January 16

Ssssssssssssssssnakes and finding your way past fear by Kathryn Dennis

When I was in 7th grade, my junior high science class raised money to purchase a baby boa constrictor. Richter The Boa Constrictor named after the instructor, Mr. Richter. It was allowed to wiggle free in the classroom, so I had to perform active surveillance before selecting a desk each day. These were desks with […]

January 15

Cover Reveal: MAYBE HE JUST LIKES YOU by Barbara Dee

How do you write a book about sexual harassment without any sexual content? This was my challenge in writing MAYBE HE JUST LIKES YOU. Ever since the #MeToo movement got rolling last year, I knew I wanted to write a middle grade novel about the “boys-will-be-boys” behavior which, if unchecked, eventually leads to the kind […]

January 14

How Twitter Changed My Life by Nicole Mancini

Teaching was a lot different when I first started 16 years ago. Overhead projectors and Vis-a-Vis markers were all the rage. Books on CD were considered “high tech.” Most classrooms had just a handful of desktop PCs (and figuring out how to get the best use of them was a constant headache). Pinterest wasn’t even […]

January 13

What Happened to My Reader? by Sarah FitzHenry and Jared Passmore

“What happened to my reader? Last year, he was in the library every week picking out books. I had to take his book away at meals. Now, I can’t get him to read anything. It’s like he has no interest in it.” This mystery baffles parents, librarians, and teachers alike. As students pass through middle […]

January 12

Rethinking “Just Right”: Reader and Text Variables that Impact Comprehension by Jennifer Serravallo

Seven years ago when I was home on maternity leave, I found it really hard to get through the sorts of rich novels I’d devoured pre-baby. Sleep deprived, I struggled with remembering everything that had happened across the text and started abandoning books halfway through. Then, a friend handed me Nora Ephron’s I Feel Bad […]

January 11

Fact VS Fiction: Teaching Critical Thinking Skills In the Age of Fake News by Jennifer LaGarde and Darren Hudgins

  Let’s start by making one thing clear: writing Fact VS Fiction: Teaching Critical Thinking Skills In the Age of Fake News was not a labor of love. Don’t get us wrong, we loved working together. We loved our research driven writing process. We loved our editorial team. And we loved being able to share […]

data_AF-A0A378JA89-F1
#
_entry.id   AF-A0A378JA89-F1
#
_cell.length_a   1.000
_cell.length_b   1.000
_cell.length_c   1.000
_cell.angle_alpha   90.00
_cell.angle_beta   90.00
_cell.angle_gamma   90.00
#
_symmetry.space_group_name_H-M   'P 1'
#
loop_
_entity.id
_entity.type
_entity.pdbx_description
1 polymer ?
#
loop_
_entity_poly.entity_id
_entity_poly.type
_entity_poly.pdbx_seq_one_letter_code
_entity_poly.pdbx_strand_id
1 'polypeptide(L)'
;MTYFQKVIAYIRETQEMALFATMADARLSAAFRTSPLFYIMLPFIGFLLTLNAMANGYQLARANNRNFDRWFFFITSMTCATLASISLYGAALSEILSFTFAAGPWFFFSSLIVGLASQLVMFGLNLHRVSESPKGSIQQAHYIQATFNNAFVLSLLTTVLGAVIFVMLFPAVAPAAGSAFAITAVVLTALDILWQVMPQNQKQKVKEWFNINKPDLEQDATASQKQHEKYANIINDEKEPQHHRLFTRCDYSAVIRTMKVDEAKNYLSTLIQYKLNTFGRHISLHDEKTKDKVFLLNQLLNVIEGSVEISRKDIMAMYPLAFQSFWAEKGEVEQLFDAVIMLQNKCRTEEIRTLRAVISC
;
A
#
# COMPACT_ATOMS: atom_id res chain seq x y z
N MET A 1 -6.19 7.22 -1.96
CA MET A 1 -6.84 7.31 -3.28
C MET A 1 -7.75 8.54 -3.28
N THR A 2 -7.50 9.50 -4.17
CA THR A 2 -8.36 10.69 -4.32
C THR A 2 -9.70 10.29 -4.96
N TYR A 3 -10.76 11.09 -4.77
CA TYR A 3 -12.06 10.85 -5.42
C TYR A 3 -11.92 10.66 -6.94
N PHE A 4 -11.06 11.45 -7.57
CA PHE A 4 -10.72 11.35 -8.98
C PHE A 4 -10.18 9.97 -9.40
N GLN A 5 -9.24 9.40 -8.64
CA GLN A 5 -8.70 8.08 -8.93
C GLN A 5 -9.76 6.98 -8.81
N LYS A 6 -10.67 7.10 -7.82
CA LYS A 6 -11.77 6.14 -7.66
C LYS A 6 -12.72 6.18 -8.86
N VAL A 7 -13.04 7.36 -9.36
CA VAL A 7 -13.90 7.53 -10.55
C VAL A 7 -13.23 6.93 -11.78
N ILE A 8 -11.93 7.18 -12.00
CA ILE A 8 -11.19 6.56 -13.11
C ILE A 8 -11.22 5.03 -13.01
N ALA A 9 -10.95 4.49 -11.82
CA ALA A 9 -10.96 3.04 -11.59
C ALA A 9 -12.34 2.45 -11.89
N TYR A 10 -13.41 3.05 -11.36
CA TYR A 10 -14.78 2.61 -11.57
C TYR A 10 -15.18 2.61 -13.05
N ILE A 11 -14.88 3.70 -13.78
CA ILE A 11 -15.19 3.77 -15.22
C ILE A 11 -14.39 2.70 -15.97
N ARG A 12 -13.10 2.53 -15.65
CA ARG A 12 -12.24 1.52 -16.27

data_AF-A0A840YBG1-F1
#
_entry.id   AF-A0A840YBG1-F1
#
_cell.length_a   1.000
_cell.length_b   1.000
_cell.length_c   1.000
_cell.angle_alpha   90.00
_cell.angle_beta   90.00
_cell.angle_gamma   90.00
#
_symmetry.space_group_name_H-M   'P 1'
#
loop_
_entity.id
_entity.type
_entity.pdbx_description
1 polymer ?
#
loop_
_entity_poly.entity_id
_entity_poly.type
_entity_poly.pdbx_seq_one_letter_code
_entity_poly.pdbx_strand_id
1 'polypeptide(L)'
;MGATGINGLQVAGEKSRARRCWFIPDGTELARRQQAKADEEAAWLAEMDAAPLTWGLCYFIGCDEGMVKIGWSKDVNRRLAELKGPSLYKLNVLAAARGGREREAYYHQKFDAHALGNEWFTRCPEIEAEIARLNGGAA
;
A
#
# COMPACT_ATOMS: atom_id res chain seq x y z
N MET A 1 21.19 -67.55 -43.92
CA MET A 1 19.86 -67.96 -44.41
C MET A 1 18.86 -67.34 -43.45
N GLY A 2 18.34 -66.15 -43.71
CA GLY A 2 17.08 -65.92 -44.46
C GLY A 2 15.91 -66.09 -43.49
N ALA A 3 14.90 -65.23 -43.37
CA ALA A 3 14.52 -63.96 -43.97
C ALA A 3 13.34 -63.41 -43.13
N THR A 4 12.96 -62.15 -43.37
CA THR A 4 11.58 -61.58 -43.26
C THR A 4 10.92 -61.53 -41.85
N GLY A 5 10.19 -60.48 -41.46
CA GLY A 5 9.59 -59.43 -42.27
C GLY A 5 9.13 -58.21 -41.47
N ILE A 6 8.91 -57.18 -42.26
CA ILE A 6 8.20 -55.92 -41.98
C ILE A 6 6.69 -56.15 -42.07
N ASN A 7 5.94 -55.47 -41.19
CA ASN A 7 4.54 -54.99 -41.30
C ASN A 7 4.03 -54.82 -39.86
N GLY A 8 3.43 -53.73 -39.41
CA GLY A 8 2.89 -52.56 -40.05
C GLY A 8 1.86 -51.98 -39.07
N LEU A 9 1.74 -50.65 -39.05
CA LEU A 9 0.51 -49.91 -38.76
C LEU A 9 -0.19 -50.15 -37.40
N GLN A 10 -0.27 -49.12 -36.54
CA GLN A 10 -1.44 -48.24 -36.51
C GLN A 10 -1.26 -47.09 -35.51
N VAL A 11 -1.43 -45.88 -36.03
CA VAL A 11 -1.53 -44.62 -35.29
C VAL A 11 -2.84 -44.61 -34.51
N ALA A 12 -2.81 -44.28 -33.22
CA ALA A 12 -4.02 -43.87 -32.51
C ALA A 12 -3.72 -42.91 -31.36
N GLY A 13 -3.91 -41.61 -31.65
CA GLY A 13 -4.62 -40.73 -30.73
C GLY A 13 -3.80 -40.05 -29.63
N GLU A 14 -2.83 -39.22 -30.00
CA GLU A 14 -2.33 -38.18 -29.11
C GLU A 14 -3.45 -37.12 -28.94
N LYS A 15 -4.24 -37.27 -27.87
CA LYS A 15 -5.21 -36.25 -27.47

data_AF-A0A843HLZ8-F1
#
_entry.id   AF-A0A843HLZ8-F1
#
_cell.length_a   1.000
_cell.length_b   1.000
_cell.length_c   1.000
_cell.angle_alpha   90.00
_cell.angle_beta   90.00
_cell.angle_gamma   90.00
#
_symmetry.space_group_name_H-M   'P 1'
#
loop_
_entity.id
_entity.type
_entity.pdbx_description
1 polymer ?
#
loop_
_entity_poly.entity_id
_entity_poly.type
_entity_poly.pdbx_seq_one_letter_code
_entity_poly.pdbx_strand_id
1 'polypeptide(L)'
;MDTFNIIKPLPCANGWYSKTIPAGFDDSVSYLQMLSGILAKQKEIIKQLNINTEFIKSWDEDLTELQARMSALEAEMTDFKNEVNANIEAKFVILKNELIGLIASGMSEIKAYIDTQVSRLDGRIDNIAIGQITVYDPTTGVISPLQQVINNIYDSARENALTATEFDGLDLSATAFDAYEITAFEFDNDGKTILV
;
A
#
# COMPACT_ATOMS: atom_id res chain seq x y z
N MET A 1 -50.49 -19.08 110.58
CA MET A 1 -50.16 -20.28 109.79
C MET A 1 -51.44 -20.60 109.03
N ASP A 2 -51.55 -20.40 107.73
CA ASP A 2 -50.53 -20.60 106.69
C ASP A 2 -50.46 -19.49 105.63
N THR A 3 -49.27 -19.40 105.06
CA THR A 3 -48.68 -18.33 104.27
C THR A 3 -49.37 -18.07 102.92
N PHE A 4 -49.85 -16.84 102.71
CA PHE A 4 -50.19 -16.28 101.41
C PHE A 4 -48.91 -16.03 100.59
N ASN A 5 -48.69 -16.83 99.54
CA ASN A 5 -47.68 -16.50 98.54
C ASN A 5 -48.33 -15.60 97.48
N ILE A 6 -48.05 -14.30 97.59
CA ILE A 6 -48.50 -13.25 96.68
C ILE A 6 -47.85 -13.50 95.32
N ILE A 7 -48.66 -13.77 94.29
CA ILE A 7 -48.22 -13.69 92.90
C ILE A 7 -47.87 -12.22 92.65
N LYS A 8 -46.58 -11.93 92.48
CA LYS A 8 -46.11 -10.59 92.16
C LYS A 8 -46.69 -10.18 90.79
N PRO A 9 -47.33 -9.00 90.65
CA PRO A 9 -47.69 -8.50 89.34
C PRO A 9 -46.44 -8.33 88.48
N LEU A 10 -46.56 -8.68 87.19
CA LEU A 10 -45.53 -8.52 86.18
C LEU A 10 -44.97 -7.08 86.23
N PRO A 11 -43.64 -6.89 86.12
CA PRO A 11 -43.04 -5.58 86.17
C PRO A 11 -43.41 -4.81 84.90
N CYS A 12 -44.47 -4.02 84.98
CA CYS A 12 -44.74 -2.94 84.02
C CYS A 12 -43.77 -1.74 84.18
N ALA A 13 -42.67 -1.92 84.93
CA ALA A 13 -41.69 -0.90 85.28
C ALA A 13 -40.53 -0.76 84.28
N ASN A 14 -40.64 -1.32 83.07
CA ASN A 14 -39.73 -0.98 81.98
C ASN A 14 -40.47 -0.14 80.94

January 10


Louisiana’s Way Home Kate DiCamillo Publisher: Candlewick Press Format: Hardcover Pages: 227 Age Range: 9-12   Three semis drove past us. One was painted with a picture of a cow standing in a field of green grass. I was jealous of that cow because she was at home and I was not.             It seemed […]

January 08


My grandfather, who we all called Pop, was a Russian immigrant. He was the kind of person who couldn’t bear knowing that people were being mistreated, especially because of their race, ethnicity, or beliefs. He believed strongly that “all men are created equal,” and he was grateful that his adopted country provided him with a […]

January 07

My Mirror is Cracked by Jodi-Beth Moreno

Growing up an avid reader, I never saw my race, my culture, or myself in books. I didn’t notice or question it. It didn’t even bother me because that is just the way books were. In all honesty, that is the way my world was. I grew up in an area that is approximately ninety-five […]

January 06

SO NOT MARY POPPINS! by Margo Sorenson

The world of children is abuzz! Disney says its new Mary Poppins movie released in December will be truer to the books than the original movie in 1964, starring Dick Van Dyke and Julie Andrews. Ah! Truer to the books—what a wonderful concept! Reading the Mary Poppins series aloud to children who have seen only […]